Tuesday, May 13, 2008

Javascript: Stop Fighting It

I recently came to the realization that I've been fighting Javascript too much. It's because I've been going against the grain with it. It's like trying to force the OO paradigm in a functional language or the opposite. You might say that I've been treating Javascript like an OO language and you would be right. But, I've been forcing my class-based thinking on it and it's been not so nice.

I've been reacquainting myself with Self and Io again. And it hit me like a rhino slamming into me. I've been doing Javascript all wrong. I should have treating it like the prototype-based language that it is. Sure, it doesn't have the ability to inherit from multiple prototypes like Self, but the way to succeed is with prototypes. Forcing class-based OO is like walking up the rainbow and finding no pot of gold at the end.

First, let's write the following:
Object.prototype.clone=function() {
var creator=function() { this.constructor=arguments.callee };
return new creator();

Object.prototype.mixIn=function(definitions) {
for (var each in definitions) if (definitions.hasOwnProperty(each)) {

It's just two methods up on the Object prototype. Why clone is not part of the Javascript standard is beyond me. Clone is required in all the other prototype-bases languages I have seen. It is the only way to create new objects. Enough complaining, it was only a few lines of code. All my clone method does is make the object I call it on the prototype of the result. I get a clean object with all of the properties of the receiver inherited. Nice. This is the behavior we want. Next, I added a convenience method to Object to mix-in in other objects. This is helpful to keep my code organized. I can just create a hash object with my functions and properties like before. So far, this is standard stuff. But, here is how I use it:

Pounds = new Object();
of: function(value) {
var result=this.clone();
return result;
toString: function() {
return this.value.toString() + " lbs";
value: 0

print(Pounds.of(5)); // => 5 lbs
print(Pounds); // => 0 lbs
print(Pounds.isPrototypeOf(Pounds.of(5))); // => true

Notice, normally, you define the constructor with the first letter of the name upper cased. I no longer need the constructor, so I upper case on the prototype that will be the example for all the instances that I clone off it. The example above is a measurement class. "Pounds" is my example so I default it with values that the objects that I clone from will have. This is how prototype-based languages work. It feels slightly unusual coming from the class-based background, but I think it makes my Javascript look a lot less alien. I like it.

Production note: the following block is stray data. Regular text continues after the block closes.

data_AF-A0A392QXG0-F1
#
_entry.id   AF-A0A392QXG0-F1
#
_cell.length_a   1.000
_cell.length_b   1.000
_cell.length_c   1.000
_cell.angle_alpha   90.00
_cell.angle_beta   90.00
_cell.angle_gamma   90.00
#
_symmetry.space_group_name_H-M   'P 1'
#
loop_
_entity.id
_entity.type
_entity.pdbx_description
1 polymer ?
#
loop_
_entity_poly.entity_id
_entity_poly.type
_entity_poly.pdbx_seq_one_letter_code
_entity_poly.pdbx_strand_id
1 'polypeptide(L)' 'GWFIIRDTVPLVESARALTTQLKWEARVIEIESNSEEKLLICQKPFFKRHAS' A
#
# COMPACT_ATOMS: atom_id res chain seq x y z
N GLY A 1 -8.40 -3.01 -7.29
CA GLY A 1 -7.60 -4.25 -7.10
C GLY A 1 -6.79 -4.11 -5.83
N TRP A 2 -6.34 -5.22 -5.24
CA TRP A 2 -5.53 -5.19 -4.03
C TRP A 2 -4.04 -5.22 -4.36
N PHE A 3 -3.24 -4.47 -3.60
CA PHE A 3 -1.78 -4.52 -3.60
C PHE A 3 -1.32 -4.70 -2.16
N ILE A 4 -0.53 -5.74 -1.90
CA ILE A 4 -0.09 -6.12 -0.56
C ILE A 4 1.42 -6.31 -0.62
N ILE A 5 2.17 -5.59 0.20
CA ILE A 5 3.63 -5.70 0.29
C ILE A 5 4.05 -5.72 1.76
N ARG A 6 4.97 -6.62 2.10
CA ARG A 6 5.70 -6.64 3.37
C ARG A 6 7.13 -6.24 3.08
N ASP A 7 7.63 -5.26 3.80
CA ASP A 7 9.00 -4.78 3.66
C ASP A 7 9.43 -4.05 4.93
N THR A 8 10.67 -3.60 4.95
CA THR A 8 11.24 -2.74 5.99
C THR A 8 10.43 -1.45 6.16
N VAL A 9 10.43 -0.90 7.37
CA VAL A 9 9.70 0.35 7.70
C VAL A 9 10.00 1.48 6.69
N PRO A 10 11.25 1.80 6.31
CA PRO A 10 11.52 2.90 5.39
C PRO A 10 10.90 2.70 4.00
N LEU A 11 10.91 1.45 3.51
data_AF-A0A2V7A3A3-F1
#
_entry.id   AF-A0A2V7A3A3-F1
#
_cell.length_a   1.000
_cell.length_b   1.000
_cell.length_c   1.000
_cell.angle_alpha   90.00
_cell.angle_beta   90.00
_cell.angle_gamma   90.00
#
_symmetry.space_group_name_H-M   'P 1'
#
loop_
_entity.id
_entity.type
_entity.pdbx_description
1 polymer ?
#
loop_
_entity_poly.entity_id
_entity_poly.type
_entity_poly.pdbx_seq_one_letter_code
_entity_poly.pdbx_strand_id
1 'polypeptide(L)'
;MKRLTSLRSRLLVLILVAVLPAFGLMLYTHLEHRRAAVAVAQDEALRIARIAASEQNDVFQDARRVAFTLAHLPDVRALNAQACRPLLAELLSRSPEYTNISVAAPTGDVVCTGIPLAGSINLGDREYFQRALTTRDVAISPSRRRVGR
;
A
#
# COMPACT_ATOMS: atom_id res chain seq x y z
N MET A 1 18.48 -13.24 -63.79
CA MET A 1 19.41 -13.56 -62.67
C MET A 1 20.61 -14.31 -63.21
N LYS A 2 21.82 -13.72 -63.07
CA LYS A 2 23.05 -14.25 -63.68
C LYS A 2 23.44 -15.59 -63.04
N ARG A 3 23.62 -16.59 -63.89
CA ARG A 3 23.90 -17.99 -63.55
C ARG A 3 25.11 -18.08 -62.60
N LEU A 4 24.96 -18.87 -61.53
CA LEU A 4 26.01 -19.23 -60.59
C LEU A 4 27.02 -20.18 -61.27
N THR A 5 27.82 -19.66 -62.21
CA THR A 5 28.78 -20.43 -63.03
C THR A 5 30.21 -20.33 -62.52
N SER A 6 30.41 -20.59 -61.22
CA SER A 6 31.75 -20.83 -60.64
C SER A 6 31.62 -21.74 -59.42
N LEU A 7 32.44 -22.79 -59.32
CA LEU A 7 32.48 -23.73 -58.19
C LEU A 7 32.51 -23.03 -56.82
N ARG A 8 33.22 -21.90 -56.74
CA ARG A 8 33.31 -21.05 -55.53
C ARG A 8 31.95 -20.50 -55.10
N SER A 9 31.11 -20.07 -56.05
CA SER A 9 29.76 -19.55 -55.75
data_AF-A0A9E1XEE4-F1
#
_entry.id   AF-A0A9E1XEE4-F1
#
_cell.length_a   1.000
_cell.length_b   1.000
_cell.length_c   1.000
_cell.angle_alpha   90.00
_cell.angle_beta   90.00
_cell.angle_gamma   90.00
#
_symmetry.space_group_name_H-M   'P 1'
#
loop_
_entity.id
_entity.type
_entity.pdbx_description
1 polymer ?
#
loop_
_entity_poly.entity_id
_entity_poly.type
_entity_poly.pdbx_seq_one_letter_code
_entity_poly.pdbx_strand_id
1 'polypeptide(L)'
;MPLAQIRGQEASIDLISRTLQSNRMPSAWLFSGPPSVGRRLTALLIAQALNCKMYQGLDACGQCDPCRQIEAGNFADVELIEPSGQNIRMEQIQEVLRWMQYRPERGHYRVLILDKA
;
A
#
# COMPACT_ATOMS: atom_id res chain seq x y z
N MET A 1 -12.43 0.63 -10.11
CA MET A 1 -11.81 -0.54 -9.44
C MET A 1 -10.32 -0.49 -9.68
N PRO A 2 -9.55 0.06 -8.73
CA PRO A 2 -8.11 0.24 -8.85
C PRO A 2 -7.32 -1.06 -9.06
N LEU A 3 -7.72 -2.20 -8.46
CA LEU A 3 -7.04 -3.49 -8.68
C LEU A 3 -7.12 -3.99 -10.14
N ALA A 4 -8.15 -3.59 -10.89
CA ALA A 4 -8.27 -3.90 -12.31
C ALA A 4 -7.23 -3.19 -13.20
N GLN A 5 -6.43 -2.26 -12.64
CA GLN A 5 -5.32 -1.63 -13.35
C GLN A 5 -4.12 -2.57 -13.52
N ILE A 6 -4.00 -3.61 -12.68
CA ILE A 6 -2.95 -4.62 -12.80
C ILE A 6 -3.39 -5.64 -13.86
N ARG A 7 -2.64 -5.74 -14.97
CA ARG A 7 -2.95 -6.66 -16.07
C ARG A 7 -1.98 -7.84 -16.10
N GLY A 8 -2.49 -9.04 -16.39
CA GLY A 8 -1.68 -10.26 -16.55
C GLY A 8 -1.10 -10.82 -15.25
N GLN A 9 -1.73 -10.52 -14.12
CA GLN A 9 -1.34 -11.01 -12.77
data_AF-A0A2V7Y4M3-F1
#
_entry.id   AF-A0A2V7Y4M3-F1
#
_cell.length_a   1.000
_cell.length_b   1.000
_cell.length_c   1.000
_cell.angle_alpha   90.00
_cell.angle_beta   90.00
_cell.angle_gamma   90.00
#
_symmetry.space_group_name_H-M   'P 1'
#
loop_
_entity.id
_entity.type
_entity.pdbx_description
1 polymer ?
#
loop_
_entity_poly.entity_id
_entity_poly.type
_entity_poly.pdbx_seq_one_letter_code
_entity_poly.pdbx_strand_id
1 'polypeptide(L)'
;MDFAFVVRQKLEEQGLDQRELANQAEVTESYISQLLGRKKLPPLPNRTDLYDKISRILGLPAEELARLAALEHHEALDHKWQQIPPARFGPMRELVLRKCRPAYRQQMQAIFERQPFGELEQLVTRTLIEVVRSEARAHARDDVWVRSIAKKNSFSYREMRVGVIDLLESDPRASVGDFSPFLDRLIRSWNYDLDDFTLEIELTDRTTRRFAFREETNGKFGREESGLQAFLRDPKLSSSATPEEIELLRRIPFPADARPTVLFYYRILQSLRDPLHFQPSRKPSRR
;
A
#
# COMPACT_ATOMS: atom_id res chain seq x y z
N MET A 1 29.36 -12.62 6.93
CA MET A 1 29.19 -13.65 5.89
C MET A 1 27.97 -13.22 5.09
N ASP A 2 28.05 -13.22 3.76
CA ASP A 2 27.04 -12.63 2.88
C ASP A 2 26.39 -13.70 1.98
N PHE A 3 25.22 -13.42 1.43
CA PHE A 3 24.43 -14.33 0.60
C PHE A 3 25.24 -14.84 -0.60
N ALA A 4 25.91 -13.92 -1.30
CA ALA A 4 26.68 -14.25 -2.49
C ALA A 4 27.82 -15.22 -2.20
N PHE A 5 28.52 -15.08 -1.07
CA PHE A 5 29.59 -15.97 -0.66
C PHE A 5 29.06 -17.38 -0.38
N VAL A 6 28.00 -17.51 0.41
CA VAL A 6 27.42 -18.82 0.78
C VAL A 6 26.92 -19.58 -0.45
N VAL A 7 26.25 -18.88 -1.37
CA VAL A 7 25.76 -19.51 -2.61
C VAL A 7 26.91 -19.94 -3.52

Let's look at a more complicated example shall we?

Animal = new Object();
name: "Unknown",
sound: function() {
return "?";
toString: function() {
return this.name
+ " goes " + this.sound()
+ " and weighs "
+ this.weight.toString();
weight: Pounds.of(0)

Cat = Animal.clone();
name: "Unknown Cat",
sound: function() {
return "Meow";
weight: Pounds.of(10)

grendel = Cat.clone();
name: "Grendel",
sound: function() {
return this.constructor.prototype.sound.call(this) + " and Purr";
weight: Pounds.of(20)

gracie = Cat.clone();
name: "Gracie",
sound: function() {
return "Purr";

print(Animal); // => Unknown goes ? and weighs 0 lbs
print(Cat); // => Unknown Cat goes Meow and weighs 10 lbs
print(Animal.isPrototypeOf(grendel)); // => true
print(grendel); // => Grendel goes Meow and Purr and weighs 20 lbs
print(gracie); // => Gracie goes Purr and weighs 10 lbs

"super" is implemented with "this.constructor.prototype". It seems wordy, but prototype on the object is not built-in to Javascript. Besides, you should use "super" sparingly. To me, this reads better and works better for inheritance. I have dropped all references to classes. This makes meta-programming easier as well (I simply walk up the prototype chain with "this.constructor.prototype" and iterate through the properties.

The constructor function used as a class always seemed awkward to me. It was inelegant, but the above fits Javascript coding better. The reason is because I'm now using it as a prototype-based language and not forcing class-based OO on it. The above is meant to get started playing around. Prototype-based programming is so cool and I'm still exploring all of the possibilities. There's little documentation, but the little that is well worth the effort to track down. Have fun!

The example above was tested in SpiderMonkey. A great little REPL for playing with Javascript.


Jesse Farmer said...

Never, ever touch Object.prototype, please. Thousands of lines of Javascript which treat objects like associative arrays will break in horrible, horrible ways.

Tom Robinson said...

Agreed w/ jesse. Adding things to Object.prototype is a big no-no.

Unknown said...

Crap. You are both right. I've been on the server-side for so long (I use Javascript mainly as a scripting tool, that I forgot about this. Anyway, it's quickly fixed with this:

Base=new Object();

Thank you for bringing that up.